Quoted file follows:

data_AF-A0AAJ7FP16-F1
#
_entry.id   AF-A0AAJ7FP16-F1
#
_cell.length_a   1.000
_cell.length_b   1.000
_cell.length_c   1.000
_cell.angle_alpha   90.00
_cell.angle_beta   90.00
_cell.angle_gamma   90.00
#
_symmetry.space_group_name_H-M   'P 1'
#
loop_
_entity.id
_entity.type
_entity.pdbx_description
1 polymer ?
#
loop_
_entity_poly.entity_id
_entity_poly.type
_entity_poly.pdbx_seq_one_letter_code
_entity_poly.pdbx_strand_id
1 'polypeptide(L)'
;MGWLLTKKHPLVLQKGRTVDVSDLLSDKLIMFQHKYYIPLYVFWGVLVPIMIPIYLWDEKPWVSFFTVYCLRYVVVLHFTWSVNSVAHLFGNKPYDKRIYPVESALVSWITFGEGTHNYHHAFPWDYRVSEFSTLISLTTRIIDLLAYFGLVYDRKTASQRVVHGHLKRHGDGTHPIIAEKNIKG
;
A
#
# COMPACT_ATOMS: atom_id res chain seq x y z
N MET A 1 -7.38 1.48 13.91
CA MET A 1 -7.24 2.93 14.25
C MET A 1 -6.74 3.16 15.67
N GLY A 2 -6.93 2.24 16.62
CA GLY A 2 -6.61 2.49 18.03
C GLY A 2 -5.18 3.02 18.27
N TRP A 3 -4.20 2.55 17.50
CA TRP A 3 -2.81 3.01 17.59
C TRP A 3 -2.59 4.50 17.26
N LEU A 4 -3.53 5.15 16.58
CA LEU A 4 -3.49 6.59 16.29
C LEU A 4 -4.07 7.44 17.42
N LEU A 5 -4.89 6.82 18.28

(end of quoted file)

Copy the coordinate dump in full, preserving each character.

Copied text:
data_AF-A0AAJ7FP16-F1
#
_entry.id   AF-A0AAJ7FP16-F1
#
_cell.length_a   1.000
_cell.length_b   1.000
_cell.length_c   1.000
_cell.angle_alpha   90.00
_cell.angle_beta   90.00
_cell.angle_gamma   90.00
#
_symmetry.space_group_name_H-M   'P 1'
#
loop_
_entity.id
_entity.type
_entity.pdbx_description
1 polymer ?
#
loop_
_entity_poly.entity_id
_entity_poly.type
_entity_poly.pdbx_seq_one_letter_code
_entity_poly.pdbx_strand_id
1 'polypeptide(L)'
;MGWLLTKKHPLVLQKGRTVDVSDLLSDKLIMFQHKYYIPLYVFWGVLVPIMIPIYLWDEKPWVSFFTVYCLRYVVVLHFTWSVNSVAHLFGNKPYDKRIYPVESALVSWITFGEGTHNYHHAFPWDYRVSEFSTLISLTTRIIDLLAYFGLVYDRKTASQRVVHGHLKRHGDGTHPIIAEKNIKG
;
A
#
# COMPACT_ATOMS: atom_id res chain seq x y z
N MET A 1 -7.38 1.48 13.91
CA MET A 1 -7.24 2.93 14.25
C MET A 1 -6.74 3.16 15.67
N GLY A 2 -6.93 2.24 16.62
CA GLY A 2 -6.61 2.49 18.03
C GLY A 2 -5.18 3.02 18.27
N TRP A 3 -4.20 2.55 17.50
CA TRP A 3 -2.81 3.01 17.59
C TRP A 3 -2.59 4.50 17.26
N LEU A 4 -3.53 5.15 16.58
CA LEU A 4 -3.49 6.59 16.29
C LEU A 4 -4.07 7.44 17.42
N LEU A 5 -4.89 6.82 18.28